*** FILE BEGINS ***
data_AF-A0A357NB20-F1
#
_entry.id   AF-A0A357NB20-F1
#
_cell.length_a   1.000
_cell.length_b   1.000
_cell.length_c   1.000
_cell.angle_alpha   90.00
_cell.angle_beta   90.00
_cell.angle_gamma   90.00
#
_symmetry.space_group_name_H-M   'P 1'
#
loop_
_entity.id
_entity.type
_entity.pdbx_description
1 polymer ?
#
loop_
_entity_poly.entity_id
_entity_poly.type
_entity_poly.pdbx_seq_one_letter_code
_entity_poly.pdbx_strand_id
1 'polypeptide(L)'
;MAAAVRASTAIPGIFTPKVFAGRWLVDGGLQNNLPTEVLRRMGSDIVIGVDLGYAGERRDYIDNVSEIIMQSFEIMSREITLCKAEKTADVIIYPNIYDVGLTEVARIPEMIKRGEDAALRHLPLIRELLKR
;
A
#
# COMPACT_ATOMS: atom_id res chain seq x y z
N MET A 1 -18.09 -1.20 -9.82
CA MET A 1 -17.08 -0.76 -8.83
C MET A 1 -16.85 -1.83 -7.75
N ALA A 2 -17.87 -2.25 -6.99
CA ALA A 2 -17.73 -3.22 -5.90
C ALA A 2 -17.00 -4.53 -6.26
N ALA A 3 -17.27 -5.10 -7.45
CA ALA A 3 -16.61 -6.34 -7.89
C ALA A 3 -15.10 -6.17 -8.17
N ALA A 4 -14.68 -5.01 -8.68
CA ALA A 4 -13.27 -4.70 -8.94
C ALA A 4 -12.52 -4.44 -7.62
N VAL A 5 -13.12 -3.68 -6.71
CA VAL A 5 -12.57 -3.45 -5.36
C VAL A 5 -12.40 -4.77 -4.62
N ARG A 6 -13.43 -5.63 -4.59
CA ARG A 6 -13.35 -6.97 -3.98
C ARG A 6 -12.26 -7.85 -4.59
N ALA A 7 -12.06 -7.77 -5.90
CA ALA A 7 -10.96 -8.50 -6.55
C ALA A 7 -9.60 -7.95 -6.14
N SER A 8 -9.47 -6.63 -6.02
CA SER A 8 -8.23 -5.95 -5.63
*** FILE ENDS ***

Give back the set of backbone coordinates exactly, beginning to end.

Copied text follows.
data_AF-A0A357NB20-F1
#
_entry.id   AF-A0A357NB20-F1
#
_cell.length_a   1.000
_cell.length_b   1.000
_cell.length_c   1.000
_cell.angle_alpha   90.00
_cell.angle_beta   90.00
_cell.angle_gamma   90.00
#
_symmetry.space_group_name_H-M   'P 1'
#
loop_
_entity.id
_entity.type
_entity.pdbx_description
1 polymer ?
#
loop_
_entity_poly.entity_id
_entity_poly.type
_entity_poly.pdbx_seq_one_letter_code
_entity_poly.pdbx_strand_id
1 'polypeptide(L)'
;MAAAVRASTAIPGIFTPKVFAGRWLVDGGLQNNLPTEVLRRMGSDIVIGVDLGYAGERRDYIDNVSEIIMQSFEIMSREITLCKAEKTADVIIYPNIYDVGLTEVARIPEMIKRGEDAALRHLPLIRELLKR
;
A
#
# COMPACT_ATOMS: atom_id res chain seq x y z
N MET A 1 -18.09 -1.20 -9.82
CA MET A 1 -17.08 -0.76 -8.83
C MET A 1 -16.85 -1.83 -7.75
N ALA A 2 -17.87 -2.25 -6.99
CA ALA A 2 -17.73 -3.22 -5.90
C ALA A 2 -17.00 -4.53 -6.26
N ALA A 3 -17.27 -5.10 -7.45
CA ALA A 3 -16.61 -6.34 -7.89
C ALA A 3 -15.10 -6.17 -8.17
N ALA A 4 -14.68 -5.01 -8.68
CA ALA A 4 -13.27 -4.70 -8.94
C ALA A 4 -12.52 -4.44 -7.62
N VAL A 5 -13.12 -3.68 -6.71
CA VAL A 5 -12.57 -3.45 -5.36
C VAL A 5 -12.40 -4.77 -4.62
N ARG A 6 -13.43 -5.63 -4.59
CA ARG A 6 -13.35 -6.97 -3.98
C ARG A 6 -12.26 -7.85 -4.59
N ALA A 7 -12.06 -7.77 -5.90
CA ALA A 7 -10.96 -8.50 -6.55
C ALA A 7 -9.60 -7.95 -6.14
N SER A 8 -9.47 -6.63 -6.02
CA SER A 8 -8.23 -5.95 -5.63